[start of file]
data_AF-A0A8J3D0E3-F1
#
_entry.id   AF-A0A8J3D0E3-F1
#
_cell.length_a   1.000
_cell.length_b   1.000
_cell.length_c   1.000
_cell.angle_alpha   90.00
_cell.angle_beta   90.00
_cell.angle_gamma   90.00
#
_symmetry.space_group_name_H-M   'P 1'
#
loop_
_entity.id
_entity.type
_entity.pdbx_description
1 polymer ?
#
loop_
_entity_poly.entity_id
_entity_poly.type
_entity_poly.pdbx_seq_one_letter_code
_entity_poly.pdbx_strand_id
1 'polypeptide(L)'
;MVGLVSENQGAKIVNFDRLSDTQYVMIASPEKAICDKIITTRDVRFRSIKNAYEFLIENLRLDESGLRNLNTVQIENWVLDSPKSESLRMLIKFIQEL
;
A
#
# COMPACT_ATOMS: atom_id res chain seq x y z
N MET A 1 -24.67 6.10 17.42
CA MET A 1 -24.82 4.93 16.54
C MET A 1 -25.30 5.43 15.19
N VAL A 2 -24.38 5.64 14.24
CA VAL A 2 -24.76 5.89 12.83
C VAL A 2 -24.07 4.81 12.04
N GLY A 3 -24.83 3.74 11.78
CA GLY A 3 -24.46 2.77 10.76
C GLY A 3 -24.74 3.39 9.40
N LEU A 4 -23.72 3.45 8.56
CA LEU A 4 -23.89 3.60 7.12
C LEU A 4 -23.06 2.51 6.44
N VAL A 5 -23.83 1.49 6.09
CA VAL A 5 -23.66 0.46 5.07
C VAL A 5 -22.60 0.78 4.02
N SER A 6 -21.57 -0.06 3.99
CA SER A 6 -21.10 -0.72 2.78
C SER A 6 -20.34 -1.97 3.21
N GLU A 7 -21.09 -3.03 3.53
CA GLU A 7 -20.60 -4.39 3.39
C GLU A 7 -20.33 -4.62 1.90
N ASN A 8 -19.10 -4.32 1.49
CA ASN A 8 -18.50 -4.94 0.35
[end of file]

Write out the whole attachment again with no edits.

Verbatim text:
data_AF-A0A8J3D0E3-F1
#
_entry.id   AF-A0A8J3D0E3-F1
#
_cell.length_a   1.000
_cell.length_b   1.000
_cell.length_c   1.000
_cell.angle_alpha   90.00
_cell.angle_beta   90.00
_cell.angle_gamma   90.00
#
_symmetry.space_group_name_H-M   'P 1'
#
loop_
_entity.id
_entity.type
_entity.pdbx_description
1 polymer ?
#
loop_
_entity_poly.entity_id
_entity_poly.type
_entity_poly.pdbx_seq_one_letter_code
_entity_poly.pdbx_strand_id
1 'polypeptide(L)'
;MVGLVSENQGAKIVNFDRLSDTQYVMIASPEKAICDKIITTRDVRFRSIKNAYEFLIENLRLDESGLRNLNTVQIENWVLDSPKSESLRMLIKFIQEL
;
A
#
# COMPACT_ATOMS: atom_id res chain seq x y z
N MET A 1 -24.67 6.10 17.42
CA MET A 1 -24.82 4.93 16.54
C MET A 1 -25.30 5.43 15.19
N VAL A 2 -24.38 5.64 14.24
CA VAL A 2 -24.76 5.89 12.83
C VAL A 2 -24.07 4.81 12.04
N GLY A 3 -24.83 3.74 11.78
CA GLY A 3 -24.46 2.77 10.76
C GLY A 3 -24.74 3.39 9.40
N LEU A 4 -23.72 3.45 8.56
CA LEU A 4 -23.89 3.60 7.12
C LEU A 4 -23.06 2.51 6.44
N VAL A 5 -23.83 1.49 6.09
CA VAL A 5 -23.66 0.46 5.07
C VAL A 5 -22.60 0.78 4.02
N SER A 6 -21.57 -0.06 3.99
CA SER A 6 -21.10 -0.72 2.78
C SER A 6 -20.34 -1.97 3.21
N GLU A 7 -21.09 -3.03 3.53
CA GLU A 7 -20.60 -4.39 3.39
C GLU A 7 -20.33 -4.62 1.90
N ASN A 8 -19.10 -4.32 1.49
CA ASN A 8 -18.50 -4.94 0.35